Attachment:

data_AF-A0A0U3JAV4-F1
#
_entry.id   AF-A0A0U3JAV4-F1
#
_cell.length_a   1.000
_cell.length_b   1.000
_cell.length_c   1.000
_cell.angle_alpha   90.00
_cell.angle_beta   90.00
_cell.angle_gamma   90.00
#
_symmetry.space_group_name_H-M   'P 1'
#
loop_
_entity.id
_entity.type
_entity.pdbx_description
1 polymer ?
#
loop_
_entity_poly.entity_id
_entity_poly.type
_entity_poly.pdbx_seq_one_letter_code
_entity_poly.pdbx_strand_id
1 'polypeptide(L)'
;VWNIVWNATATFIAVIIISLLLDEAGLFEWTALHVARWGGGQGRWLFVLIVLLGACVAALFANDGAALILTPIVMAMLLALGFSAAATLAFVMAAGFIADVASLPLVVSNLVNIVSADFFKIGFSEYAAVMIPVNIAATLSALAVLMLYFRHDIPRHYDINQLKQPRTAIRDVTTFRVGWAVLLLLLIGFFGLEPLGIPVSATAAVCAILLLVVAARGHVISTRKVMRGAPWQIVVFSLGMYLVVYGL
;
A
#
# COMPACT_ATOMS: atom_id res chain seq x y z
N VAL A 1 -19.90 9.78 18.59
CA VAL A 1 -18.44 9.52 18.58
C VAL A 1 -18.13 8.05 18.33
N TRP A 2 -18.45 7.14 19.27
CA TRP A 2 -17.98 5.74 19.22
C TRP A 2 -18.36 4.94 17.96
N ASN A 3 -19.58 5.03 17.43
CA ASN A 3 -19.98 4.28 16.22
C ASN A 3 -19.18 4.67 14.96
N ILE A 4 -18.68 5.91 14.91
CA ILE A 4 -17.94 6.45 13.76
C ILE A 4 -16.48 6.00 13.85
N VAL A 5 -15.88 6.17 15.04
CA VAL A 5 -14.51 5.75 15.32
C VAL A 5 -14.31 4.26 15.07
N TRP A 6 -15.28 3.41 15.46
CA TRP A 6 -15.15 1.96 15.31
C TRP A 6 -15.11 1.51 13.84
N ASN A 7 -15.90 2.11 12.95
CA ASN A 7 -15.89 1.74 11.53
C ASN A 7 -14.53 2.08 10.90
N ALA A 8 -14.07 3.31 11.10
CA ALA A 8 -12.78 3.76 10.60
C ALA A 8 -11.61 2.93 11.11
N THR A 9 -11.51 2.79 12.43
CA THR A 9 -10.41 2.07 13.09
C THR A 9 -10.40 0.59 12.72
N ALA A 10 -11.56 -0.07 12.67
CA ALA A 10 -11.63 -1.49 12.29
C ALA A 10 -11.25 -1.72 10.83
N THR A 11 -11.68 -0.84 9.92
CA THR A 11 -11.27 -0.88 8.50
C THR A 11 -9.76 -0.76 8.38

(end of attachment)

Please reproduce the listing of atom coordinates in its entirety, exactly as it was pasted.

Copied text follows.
data_AF-A0A0U3JAV4-F1
#
_entry.id   AF-A0A0U3JAV4-F1
#
_cell.length_a   1.000
_cell.length_b   1.000
_cell.length_c   1.000
_cell.angle_alpha   90.00
_cell.angle_beta   90.00
_cell.angle_gamma   90.00
#
_symmetry.space_group_name_H-M   'P 1'
#
loop_
_entity.id
_entity.type
_entity.pdbx_description
1 polymer ?
#
loop_
_entity_poly.entity_id
_entity_poly.type
_entity_poly.pdbx_seq_one_letter_code
_entity_poly.pdbx_strand_id
1 'polypeptide(L)'
;VWNIVWNATATFIAVIIISLLLDEAGLFEWTALHVARWGGGQGRWLFVLIVLLGACVAALFANDGAALILTPIVMAMLLALGFSAAATLAFVMAAGFIADVASLPLVVSNLVNIVSADFFKIGFSEYAAVMIPVNIAATLSALAVLMLYFRHDIPRHYDINQLKQPRTAIRDVTTFRVGWAVLLLLLIGFFGLEPLGIPVSATAAVCAILLLVVAARGHVISTRKVMRGAPWQIVVFSLGMYLVVYGL
;
A
#
# COMPACT_ATOMS: atom_id res chain seq x y z
N VAL A 1 -19.90 9.78 18.59
CA VAL A 1 -18.44 9.52 18.58
C VAL A 1 -18.13 8.05 18.33
N TRP A 2 -18.45 7.14 19.27
CA TRP A 2 -17.98 5.74 19.22
C TRP A 2 -18.36 4.94 17.96
N ASN A 3 -19.58 5.03 17.43
CA ASN A 3 -19.98 4.28 16.22
C ASN A 3 -19.18 4.67 14.96
N ILE A 4 -18.68 5.91 14.91
CA ILE A 4 -17.94 6.45 13.76
C ILE A 4 -16.48 6.00 13.85
N VAL A 5 -15.88 6.17 15.04
CA VAL A 5 -14.51 5.75 15.32
C VAL A 5 -14.31 4.26 15.07
N TRP A 6 -15.28 3.41 15.46
CA TRP A 6 -15.15 1.96 15.31
C TRP A 6 -15.11 1.51 13.84
N ASN A 7 -15.90 2.11 12.95
CA ASN A 7 -15.89 1.74 11.53
C ASN A 7 -14.53 2.08 10.90
N ALA A 8 -14.07 3.31 11.10
CA ALA A 8 -12.78 3.76 10.60
C ALA A 8 -11.61 2.93 11.11
N THR A 9 -11.51 2.79 12.43
CA THR A 9 -10.41 2.07 13.09
C THR A 9 -10.40 0.59 12.72
N ALA A 10 -11.56 -0.07 12.67
CA ALA A 10 -11.63 -1.49 12.29
C ALA A 10 -11.25 -1.72 10.83
N THR A 11 -11.68 -0.84 9.92
CA THR A 11 -11.27 -0.88 8.50
C THR A 11 -9.76 -0.76 8.38